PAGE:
Lesson Learned: Packaging that is a "signature" of the product should be changed very cautiously.
Burberry - Going Abroad With Authenticity
Burberry has been a British sign of luxury clothing since its beginnings. Its founder, Thomas Burberry was first to ensure the right direction of brand awareness - he encouraged aristocracy to wear his company’s garments. In years that followed, Burberry was associated with high-class, although a bit posh kind of brand.
The company faced serious need of rebranding once they expanded worldwide. Burberry had to appeal not only to its local customers, but a very diversified group of customers. Their rebranding was a long process, which included hiring Kate Moss and Emma Watson as new faces of Burberry, as well as engaging in social media by streaming fashion shows and being an active member of the fashion world.
Lesson Learned: Rebranding can be a way to address customers from new markets.
Apple - A Forward-Thinking Approach To Branding
Apple serves as an example of the most innovative company in the world, a benchmark that every modern start-up looks up to. However, before Apple became such a widely successful brand, it faced extreme difficulties.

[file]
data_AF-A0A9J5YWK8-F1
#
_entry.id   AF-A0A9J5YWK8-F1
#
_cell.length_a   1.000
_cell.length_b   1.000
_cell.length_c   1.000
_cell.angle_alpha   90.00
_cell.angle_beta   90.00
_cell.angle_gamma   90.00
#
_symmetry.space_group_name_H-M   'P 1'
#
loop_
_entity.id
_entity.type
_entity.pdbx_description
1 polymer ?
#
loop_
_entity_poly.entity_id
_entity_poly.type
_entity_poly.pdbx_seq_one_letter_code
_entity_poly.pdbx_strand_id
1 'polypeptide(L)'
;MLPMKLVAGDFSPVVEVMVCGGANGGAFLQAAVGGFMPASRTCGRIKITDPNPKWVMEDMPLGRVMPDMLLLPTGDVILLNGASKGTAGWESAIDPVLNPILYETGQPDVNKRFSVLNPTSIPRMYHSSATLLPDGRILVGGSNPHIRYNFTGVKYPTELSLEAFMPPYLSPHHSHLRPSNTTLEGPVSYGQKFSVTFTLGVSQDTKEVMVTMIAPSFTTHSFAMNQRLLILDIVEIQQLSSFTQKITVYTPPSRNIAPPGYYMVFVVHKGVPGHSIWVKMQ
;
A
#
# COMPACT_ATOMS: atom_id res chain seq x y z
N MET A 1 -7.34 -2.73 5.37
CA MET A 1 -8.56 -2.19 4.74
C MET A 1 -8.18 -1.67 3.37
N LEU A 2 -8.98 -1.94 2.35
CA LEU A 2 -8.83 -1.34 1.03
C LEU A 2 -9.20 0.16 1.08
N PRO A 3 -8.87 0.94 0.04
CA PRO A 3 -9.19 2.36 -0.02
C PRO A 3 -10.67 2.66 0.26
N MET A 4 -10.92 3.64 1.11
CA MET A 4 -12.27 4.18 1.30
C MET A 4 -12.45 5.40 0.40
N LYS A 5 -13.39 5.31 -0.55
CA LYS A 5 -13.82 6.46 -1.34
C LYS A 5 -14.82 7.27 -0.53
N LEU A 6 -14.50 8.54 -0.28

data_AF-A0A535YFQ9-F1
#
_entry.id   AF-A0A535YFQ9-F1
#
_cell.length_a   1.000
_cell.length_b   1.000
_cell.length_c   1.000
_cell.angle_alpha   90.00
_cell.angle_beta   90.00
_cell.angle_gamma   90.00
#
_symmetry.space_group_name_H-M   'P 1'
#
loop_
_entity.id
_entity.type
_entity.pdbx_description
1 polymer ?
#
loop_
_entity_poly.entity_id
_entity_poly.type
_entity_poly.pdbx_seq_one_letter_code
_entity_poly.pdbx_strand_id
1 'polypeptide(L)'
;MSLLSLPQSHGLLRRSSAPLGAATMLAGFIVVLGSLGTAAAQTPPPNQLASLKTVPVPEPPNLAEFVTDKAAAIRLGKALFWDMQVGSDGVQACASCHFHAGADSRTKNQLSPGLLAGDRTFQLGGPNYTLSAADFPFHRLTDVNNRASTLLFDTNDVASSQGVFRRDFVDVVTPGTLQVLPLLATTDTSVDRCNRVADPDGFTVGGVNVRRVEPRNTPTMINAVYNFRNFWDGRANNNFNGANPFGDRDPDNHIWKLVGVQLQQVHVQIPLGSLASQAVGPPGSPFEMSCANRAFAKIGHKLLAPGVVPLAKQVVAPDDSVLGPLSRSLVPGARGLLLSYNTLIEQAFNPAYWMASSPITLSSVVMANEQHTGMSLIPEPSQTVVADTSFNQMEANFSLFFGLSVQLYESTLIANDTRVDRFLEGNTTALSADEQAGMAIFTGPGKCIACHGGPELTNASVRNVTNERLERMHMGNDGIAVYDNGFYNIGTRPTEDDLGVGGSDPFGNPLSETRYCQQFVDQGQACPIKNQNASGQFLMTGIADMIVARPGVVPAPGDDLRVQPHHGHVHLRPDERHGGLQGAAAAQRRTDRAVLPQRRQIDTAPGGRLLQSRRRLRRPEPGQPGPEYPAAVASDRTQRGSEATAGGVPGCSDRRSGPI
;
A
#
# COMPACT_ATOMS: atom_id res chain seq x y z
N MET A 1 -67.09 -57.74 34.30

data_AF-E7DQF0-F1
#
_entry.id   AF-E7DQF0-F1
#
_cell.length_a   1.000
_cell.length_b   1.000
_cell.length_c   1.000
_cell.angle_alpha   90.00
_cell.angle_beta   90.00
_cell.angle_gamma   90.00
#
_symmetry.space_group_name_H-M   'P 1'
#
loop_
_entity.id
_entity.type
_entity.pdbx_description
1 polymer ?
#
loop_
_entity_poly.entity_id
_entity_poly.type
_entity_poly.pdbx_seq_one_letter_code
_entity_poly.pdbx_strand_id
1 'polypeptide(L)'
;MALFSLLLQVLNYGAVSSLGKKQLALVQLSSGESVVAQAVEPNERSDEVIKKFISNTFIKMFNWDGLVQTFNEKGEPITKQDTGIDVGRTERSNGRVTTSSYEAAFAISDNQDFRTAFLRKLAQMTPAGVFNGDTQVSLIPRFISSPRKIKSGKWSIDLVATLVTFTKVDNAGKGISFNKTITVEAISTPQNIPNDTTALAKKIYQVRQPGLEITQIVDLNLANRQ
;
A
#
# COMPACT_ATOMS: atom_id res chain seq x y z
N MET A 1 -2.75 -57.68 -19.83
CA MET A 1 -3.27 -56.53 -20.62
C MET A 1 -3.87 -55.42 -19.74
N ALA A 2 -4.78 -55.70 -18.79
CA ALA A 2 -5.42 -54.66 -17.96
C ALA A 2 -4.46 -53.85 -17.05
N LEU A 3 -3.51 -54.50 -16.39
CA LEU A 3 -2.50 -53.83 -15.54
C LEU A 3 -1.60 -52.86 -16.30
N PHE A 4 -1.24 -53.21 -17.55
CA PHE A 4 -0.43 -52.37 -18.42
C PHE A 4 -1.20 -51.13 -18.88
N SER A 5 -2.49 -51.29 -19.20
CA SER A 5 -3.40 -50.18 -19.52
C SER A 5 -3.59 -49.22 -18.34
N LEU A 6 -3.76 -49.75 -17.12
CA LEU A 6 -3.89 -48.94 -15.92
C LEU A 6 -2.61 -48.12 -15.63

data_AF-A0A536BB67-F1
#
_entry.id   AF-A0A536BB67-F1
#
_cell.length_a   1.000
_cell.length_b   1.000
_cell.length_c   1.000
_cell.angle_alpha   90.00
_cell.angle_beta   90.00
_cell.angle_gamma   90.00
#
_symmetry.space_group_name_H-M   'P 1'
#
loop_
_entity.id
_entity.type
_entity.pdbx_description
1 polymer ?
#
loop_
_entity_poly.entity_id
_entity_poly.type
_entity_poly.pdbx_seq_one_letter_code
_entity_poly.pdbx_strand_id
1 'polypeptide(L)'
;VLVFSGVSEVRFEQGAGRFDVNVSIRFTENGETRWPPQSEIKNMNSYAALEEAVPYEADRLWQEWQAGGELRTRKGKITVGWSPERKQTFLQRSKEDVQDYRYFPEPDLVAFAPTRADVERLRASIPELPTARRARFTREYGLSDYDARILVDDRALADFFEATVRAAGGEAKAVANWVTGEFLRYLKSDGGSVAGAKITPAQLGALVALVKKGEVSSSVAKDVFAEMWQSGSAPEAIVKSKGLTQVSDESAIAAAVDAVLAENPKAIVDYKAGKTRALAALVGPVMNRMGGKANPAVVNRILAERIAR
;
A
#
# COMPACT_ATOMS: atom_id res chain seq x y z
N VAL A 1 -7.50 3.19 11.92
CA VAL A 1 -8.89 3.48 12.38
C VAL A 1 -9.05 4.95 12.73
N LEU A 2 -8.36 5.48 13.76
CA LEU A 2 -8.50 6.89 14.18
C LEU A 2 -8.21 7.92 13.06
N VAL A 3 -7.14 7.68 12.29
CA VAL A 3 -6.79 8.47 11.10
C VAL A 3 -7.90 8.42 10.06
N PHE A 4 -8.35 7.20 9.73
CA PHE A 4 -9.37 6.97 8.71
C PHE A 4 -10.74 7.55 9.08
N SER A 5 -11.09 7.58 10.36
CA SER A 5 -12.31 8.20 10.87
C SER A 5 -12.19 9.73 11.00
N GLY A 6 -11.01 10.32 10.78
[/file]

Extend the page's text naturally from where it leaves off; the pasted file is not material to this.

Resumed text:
The technology and electronics market was a crowded place, with many Asian companies leading the pack (Sony to bring one). Apple has turned the tables once Steve Jobs embarked on the journey. His vision has been an incredible strategy - he turned customers into die-hard fans and a trend to an absolute must. Apple’s products became the synonym for quality and exquisite design, although some players could boast with better products (but lacked the open-minded vision).
Lesson Learned: Apple has proved that a forward-thinking vision in rebranding is a recipe for success.
Lidl - A Brand Reimagined For Customers
Lidl - a supermarket chain from Germany - has been mostly associated with cheap prices. Yet, trends like bio&organic food and higher self-consciousness of customers has forced out changes.
Lidl embraced those trends and saw an opportunity there. The company has invested in a "to-the-core" rebranding. From Lidl original packaging redesigned to new shop interiors - the whole brand has gone through a deep modernisation. Organic products were introduced, new shops opened, whilst the final outcome was moving upwards as a brand - from a cheap discounter to upmarket.
Lesson Learned: Following trends and adapting accordingly could be beneficial in rebranding.
As Jayson DeMers stated in an article on Forbes concerning rebranding - “Rebranding isn’t simple, and it can’t be done overnight”. It’s a process that takes time and an in-depth research. Demographics, customer preferences, trends and even politics - all of these can have an impact.
Despite dangers that come with rebranding, it is a reality of every marketing department. The reality in which worsening brand perception could sunk even the best product idea.